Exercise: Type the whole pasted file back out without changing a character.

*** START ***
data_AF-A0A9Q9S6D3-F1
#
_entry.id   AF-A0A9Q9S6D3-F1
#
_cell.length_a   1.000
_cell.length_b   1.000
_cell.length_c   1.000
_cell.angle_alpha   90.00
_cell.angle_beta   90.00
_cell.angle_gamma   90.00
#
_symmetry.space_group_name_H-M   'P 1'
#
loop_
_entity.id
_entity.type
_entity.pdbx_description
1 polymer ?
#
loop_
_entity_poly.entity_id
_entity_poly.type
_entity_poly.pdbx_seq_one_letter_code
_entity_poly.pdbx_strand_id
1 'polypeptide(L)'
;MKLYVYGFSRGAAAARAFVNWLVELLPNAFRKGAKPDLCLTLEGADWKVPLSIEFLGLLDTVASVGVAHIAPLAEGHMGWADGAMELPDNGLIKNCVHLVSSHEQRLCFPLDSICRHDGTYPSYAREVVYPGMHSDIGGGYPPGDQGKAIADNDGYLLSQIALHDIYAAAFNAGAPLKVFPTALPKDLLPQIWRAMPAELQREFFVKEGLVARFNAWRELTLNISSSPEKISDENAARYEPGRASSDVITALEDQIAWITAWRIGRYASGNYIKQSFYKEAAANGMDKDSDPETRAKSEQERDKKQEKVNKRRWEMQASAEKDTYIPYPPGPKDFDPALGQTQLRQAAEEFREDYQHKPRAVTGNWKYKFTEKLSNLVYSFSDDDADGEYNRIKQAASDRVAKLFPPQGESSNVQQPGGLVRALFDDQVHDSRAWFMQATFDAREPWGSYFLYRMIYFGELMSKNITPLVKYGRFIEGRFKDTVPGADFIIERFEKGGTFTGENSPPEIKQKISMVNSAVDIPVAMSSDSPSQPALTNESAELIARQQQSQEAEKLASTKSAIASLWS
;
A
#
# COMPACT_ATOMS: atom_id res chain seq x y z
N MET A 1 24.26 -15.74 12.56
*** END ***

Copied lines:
data_AF-A0A9Q9S6D3-F1
#
_entry.id   AF-A0A9Q9S6D3-F1
#
_cell.length_a   1.000
_cell.length_b   1.000
_cell.length_c   1.000
_cell.angle_alpha   90.00
_cell.angle_beta   90.00
_cell.angle_gamma   90.00
#
_symmetry.space_group_name_H-M   'P 1'
#
loop_
_entity.id
_entity.type
_entity.pdbx_description
1 polymer ?
#
loop_
_entity_poly.entity_id
_entity_poly.type
_entity_poly.pdbx_seq_one_letter_code
_entity_poly.pdbx_strand_id
1 'polypeptide(L)'
;MKLYVYGFSRGAAAARAFVNWLVELLPNAFRKGAKPDLCLTLEGADWKVPLSIEFLGLLDTVASVGVAHIAPLAEGHMGWADGAMELPDNGLIKNCVHLVSSHEQRLCFPLDSICRHDGTYPSYAREVVYPGMHSDIGGGYPPGDQGKAIADNDGYLLSQIALHDIYAAAFNAGAPLKVFPTALPKDLLPQIWRAMPAELQREFFVKEGLVARFNAWRELTLNISSSPEKISDENAARYEPGRASSDVITALEDQIAWITAWRIGRYASGNYIKQSFYKEAAANGMDKDSDPETRAKSEQERDKKQEKVNKRRWEMQASAEKDTYIPYPPGPKDFDPALGQTQLRQAAEEFREDYQHKPRAVTGNWKYKFTEKLSNLVYSFSDDDADGEYNRIKQAASDRVAKLFPPQGESSNVQQPGGLVRALFDDQVHDSRAWFMQATFDAREPWGSYFLYRMIYFGELMSKNITPLVKYGRFIEGRFKDTVPGADFIIERFEKGGTFTGENSPPEIKQKISMVNSAVDIPVAMSSDSPSQPALTNESAELIARQQQSQEAEKLASTKSAIASLWS
;
A
#
# COMPACT_ATOMS: atom_id res chain seq x y z
N MET A 1 24.26 -15.74 12.56